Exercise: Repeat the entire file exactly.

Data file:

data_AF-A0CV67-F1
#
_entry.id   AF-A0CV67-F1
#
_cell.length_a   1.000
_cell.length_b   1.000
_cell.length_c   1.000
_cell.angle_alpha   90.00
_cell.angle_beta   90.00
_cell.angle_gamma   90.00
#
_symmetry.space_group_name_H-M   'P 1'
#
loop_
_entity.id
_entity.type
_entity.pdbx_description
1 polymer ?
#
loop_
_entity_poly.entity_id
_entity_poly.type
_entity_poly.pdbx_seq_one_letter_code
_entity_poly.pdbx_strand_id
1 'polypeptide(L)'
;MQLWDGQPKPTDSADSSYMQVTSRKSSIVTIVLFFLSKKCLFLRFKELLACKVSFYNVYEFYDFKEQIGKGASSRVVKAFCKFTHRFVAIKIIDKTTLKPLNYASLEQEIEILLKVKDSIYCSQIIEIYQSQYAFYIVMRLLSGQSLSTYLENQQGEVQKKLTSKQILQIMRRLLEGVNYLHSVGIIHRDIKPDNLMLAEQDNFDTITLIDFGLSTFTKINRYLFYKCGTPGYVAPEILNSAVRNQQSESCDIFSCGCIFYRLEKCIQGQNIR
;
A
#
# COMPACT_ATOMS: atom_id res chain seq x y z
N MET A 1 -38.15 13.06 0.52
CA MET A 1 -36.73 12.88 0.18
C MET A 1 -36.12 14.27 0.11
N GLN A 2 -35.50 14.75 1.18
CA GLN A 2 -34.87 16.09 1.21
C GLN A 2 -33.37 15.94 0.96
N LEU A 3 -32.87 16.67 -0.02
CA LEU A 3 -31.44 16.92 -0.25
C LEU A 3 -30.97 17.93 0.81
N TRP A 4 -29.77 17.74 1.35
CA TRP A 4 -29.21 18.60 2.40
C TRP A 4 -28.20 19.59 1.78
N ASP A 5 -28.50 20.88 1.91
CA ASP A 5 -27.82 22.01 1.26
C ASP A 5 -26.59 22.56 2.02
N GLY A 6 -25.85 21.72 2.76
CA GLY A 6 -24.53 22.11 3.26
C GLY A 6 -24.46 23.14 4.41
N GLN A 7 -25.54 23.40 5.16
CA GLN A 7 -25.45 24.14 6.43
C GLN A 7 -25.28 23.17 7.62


data_AF-A0CV67-F1
#
_entry.id   AF-A0CV67-F1
#
_cell.length_a   1.000
_cell.length_b   1.000
_cell.length_c   1.000
_cell.angle_alpha   90.00
_cell.angle_beta   90.00
_cell.angle_gamma   90.00
#
_symmetry.space_group_name_H-M   'P 1'
#
loop_
_entity.id
_entity.type
_entity.pdbx_description
1 polymer ?
#
loop_
_entity_poly.entity_id
_entity_poly.type
_entity_poly.pdbx_seq_one_letter_code
_entity_poly.pdbx_strand_id
1 'polypeptide(L)'
;MQLWDGQPKPTDSADSSYMQVTSRKSSIVTIVLFFLSKKCLFLRFKELLACKVSFYNVYEFYDFKEQIGKGASSRVVKAFCKFTHRFVAIKIIDKTTLKPLNYASLEQEIEILLKVKDSIYCSQIIEIYQSQYAFYIVMRLLSGQSLSTYLENQQGEVQKKLTSKQILQIMRRLLEGVNYLHSVGIIHRDIKPDNLMLAEQDNFDTITLIDFGLSTFTKINRYLFYKCGTPGYVAPEILNSAVRNQQSESCDIFSCGCIFYRLEKCIQGQNIR
;
A
#
# COMPACT_ATOMS: atom_id res chain seq x y z
N MET A 1 -38.15 13.06 0.52
CA MET A 1 -36.73 12.88 0.18
C MET A 1 -36.12 14.27 0.11
N GLN A 2 -35.50 14.75 1.18
CA GLN A 2 -34.87 16.09 1.21
C GLN A 2 -33.37 15.94 0.96
N LEU A 3 -32.87 16.67 -0.02
CA LEU A 3 -31.44 16.92 -0.25
C LEU A 3 -30.97 17.93 0.81
N TRP A 4 -29.77 17.74 1.35
CA TRP A 4 -29.21 18.60 2.40
C TRP A 4 -28.20 19.59 1.78
N ASP A 5 -28.50 20.88 1.91
CA ASP A 5 -27.82 22.01 1.26
C ASP A 5 -26.59 22.56 2.02
N GLY A 6 -25.85 21.72 2.76
CA GLY A 6 -24.53 22.11 3.26
C GLY A 6 -24.46 23.14 4.41
N GLN A 7 -25.54 23.40 5.16
CA GLN A 7 -25.45 24.14 6.43
C GLN A 7 -25.28 23.17 7.62